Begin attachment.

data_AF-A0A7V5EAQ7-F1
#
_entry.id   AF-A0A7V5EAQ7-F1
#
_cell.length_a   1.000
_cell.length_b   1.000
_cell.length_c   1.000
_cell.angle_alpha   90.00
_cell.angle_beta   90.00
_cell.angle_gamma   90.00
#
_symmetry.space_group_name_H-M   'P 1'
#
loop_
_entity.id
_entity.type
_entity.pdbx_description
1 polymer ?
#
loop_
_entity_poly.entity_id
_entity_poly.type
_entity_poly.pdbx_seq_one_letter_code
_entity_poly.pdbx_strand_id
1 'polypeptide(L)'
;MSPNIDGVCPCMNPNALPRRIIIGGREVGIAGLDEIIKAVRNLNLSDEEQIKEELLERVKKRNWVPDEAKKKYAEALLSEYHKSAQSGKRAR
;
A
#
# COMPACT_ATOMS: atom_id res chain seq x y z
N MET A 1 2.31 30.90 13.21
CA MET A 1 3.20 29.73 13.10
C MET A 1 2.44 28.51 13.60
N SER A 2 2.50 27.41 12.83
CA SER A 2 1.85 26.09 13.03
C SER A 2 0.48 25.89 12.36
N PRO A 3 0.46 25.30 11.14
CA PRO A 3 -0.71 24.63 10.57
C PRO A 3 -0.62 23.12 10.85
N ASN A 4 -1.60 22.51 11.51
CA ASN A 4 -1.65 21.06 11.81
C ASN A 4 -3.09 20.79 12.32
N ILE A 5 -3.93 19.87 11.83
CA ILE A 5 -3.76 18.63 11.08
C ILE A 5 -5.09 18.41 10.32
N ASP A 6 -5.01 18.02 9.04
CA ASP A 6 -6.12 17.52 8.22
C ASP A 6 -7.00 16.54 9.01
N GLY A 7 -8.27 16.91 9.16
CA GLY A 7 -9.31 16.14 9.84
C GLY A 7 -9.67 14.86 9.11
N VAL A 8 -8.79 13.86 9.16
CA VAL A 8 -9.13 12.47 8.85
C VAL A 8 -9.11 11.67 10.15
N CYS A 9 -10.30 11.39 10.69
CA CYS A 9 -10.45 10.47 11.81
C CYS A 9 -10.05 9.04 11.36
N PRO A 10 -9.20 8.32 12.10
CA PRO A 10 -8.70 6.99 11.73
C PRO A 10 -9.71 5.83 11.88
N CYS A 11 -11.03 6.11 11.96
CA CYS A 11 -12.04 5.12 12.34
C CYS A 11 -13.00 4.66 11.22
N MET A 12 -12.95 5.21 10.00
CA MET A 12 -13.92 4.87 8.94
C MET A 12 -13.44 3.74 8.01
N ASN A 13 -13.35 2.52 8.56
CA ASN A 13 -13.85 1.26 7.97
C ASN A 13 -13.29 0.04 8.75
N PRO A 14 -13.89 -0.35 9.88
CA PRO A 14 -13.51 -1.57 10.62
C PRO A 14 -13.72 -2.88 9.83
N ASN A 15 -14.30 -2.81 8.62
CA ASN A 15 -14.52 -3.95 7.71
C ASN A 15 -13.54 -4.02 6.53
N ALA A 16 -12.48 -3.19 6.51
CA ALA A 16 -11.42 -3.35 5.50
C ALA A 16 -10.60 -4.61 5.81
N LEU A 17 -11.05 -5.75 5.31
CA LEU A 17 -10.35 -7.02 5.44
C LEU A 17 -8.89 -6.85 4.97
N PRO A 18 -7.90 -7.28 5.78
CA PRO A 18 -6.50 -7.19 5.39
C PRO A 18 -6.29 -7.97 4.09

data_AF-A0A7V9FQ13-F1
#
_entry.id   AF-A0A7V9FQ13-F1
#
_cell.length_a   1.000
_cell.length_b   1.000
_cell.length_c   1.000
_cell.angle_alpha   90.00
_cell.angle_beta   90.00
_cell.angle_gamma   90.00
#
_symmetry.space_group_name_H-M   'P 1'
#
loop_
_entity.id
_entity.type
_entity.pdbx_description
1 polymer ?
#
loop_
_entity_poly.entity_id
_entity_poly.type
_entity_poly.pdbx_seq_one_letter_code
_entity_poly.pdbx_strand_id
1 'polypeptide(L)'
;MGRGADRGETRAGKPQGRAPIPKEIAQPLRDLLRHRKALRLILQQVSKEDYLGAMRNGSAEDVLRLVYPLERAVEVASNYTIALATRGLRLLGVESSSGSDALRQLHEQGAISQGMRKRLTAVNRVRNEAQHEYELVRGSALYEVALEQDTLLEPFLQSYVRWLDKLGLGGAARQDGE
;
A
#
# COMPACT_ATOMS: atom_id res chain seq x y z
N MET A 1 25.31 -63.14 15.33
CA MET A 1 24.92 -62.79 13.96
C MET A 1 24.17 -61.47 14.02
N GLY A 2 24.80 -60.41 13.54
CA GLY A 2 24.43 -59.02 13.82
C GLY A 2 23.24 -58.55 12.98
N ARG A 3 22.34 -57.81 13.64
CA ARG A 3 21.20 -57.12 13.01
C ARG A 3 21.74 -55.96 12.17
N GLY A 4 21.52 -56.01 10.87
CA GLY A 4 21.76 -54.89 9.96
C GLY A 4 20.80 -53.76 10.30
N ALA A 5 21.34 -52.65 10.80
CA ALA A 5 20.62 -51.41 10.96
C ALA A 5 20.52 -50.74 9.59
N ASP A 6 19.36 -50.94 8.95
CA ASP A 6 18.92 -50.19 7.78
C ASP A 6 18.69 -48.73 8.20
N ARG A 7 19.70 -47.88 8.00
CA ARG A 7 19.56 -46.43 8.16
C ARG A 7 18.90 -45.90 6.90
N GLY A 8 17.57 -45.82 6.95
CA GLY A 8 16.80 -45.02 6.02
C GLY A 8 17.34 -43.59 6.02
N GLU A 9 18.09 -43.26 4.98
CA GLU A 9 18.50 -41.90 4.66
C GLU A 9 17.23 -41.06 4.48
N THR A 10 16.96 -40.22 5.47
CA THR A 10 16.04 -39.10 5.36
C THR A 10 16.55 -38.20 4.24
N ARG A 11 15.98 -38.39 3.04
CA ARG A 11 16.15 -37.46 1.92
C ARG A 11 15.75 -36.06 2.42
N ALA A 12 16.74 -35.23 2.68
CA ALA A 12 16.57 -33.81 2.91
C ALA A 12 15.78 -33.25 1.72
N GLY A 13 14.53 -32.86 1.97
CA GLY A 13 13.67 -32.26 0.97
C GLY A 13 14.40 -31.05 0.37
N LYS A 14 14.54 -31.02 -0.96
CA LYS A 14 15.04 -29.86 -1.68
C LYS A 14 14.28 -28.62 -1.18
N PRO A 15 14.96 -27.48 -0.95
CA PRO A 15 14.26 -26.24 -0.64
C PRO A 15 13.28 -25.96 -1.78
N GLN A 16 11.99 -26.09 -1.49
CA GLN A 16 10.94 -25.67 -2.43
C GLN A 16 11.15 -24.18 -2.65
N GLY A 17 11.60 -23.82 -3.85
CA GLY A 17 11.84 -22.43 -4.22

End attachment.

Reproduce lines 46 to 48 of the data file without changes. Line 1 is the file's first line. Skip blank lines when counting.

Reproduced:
N ASP A 6 -5.01 18.02 9.04
CA ASP A 6 -6.12 17.52 8.22
C ASP A 6 -7.00 16.54 9.01